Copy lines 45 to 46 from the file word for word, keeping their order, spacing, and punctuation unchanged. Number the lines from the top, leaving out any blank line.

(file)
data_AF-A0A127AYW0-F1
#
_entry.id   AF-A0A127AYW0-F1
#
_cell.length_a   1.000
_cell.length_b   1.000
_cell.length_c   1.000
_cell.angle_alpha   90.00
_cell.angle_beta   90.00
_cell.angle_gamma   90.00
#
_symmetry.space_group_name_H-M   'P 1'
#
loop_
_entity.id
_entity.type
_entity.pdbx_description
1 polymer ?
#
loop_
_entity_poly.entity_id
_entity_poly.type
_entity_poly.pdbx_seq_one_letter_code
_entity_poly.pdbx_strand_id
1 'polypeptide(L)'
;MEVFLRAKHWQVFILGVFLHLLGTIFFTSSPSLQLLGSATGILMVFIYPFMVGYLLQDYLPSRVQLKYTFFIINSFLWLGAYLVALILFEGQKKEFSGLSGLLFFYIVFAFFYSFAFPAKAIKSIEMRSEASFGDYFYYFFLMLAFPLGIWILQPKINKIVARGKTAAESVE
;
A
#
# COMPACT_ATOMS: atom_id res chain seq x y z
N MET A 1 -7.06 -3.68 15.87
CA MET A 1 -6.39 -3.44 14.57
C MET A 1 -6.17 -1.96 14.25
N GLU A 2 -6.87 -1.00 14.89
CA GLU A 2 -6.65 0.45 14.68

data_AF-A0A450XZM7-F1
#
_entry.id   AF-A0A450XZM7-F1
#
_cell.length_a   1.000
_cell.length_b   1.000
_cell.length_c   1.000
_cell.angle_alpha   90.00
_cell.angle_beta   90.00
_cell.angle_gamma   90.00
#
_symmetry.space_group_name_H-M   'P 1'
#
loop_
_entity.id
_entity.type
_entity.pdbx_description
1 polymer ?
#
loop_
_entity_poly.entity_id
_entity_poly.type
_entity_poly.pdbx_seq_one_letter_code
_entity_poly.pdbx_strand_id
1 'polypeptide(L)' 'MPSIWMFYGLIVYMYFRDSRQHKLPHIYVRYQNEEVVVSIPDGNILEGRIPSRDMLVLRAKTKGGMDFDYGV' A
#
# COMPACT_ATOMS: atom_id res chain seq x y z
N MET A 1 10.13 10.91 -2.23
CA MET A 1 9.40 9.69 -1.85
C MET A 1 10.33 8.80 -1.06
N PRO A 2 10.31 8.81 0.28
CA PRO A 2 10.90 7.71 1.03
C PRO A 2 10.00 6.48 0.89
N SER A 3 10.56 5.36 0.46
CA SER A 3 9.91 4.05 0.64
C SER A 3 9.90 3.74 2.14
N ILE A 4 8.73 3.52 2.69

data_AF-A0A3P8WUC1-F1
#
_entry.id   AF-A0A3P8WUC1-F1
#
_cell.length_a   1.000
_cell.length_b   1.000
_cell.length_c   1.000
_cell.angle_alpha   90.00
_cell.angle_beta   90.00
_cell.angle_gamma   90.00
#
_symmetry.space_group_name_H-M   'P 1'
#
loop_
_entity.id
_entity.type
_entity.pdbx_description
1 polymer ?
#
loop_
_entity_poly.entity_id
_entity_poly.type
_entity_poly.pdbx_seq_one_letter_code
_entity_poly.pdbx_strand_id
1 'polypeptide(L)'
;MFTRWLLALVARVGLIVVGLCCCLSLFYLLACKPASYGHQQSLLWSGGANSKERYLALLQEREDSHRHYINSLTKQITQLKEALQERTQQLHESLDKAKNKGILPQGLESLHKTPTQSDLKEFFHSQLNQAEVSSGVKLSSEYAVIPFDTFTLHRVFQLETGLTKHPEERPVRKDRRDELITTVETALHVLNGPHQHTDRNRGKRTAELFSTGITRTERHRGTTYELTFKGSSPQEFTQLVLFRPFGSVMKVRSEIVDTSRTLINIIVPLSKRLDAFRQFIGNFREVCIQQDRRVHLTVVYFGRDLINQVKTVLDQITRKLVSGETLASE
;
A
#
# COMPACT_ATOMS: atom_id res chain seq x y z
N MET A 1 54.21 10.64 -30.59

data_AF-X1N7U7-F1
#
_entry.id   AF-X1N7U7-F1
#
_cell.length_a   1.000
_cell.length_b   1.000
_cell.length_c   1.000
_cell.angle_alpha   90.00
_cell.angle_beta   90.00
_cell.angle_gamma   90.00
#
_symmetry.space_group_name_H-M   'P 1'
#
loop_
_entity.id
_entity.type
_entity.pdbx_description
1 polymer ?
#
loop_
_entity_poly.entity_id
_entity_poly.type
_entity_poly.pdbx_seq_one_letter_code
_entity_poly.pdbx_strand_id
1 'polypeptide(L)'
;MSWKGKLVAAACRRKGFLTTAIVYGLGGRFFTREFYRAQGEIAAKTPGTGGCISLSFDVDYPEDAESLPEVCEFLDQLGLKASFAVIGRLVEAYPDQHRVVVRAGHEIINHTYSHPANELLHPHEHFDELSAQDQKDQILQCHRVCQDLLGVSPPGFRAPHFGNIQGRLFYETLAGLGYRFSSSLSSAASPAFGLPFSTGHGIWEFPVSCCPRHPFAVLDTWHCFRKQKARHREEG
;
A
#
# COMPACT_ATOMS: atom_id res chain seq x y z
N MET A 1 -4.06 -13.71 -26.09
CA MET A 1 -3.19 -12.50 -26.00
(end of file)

_cell.angle_gamma   90.00
#